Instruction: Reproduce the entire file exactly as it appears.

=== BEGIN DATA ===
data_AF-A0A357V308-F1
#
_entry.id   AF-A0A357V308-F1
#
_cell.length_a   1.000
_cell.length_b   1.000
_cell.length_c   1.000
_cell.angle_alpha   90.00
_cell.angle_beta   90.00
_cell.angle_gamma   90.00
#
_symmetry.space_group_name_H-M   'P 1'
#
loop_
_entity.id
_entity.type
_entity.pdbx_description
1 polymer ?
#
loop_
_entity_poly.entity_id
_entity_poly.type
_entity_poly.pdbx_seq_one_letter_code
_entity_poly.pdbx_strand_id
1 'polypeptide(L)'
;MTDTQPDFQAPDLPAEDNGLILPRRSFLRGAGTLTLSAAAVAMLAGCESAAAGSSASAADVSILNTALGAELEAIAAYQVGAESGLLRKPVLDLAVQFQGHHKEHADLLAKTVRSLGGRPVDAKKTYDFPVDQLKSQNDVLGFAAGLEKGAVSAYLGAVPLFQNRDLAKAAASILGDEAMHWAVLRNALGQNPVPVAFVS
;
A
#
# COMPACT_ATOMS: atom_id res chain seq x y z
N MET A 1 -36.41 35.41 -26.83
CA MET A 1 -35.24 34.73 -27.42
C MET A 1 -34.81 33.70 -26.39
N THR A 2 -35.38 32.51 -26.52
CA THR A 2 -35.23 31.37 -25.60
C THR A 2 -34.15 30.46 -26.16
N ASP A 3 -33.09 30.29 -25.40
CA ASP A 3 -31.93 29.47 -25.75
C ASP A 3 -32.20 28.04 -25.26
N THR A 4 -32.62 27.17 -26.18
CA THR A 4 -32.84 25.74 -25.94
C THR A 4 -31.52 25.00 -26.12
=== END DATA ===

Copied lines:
data_AF-A0A357V308-F1
#
_entry.id   AF-A0A357V308-F1
#
_cell.length_a   1.000
_cell.length_b   1.000
_cell.length_c   1.000
_cell.angle_alpha   90.00
_cell.angle_beta   90.00
_cell.angle_gamma   90.00
#
_symmetry.space_group_name_H-M   'P 1'
#
loop_
_entity.id
_entity.type
_entity.pdbx_description
1 polymer ?
#
loop_
_entity_poly.entity_id
_entity_poly.type
_entity_poly.pdbx_seq_one_letter_code
_entity_poly.pdbx_strand_id
1 'polypeptide(L)'
;MTDTQPDFQAPDLPAEDNGLILPRRSFLRGAGTLTLSAAAVAMLAGCESAAAGSSASAADVSILNTALGAELEAIAAYQVGAESGLLRKPVLDLAVQFQGHHKEHADLLAKTVRSLGGRPVDAKKTYDFPVDQLKSQNDVLGFAAGLEKGAVSAYLGAVPLFQNRDLAKAAASILGDEAMHWAVLRNALGQNPVPVAFVS
;
A
#
# COMPACT_ATOMS: atom_id res chain seq x y z
N MET A 1 -36.41 35.41 -26.83
CA MET A 1 -35.24 34.73 -27.42
C MET A 1 -34.81 33.70 -26.39
N THR A 2 -35.38 32.51 -26.52
CA THR A 2 -35.23 31.37 -25.60
C THR A 2 -34.15 30.46 -26.16
N ASP A 3 -33.09 30.29 -25.40
CA ASP A 3 -31.93 29.47 -25.75
C ASP A 3 -32.20 28.04 -25.26
N THR A 4 -32.62 27.17 -26.18
CA THR A 4 -32.84 25.74 -25.94
C THR A 4 -31.52 25.00 -26.12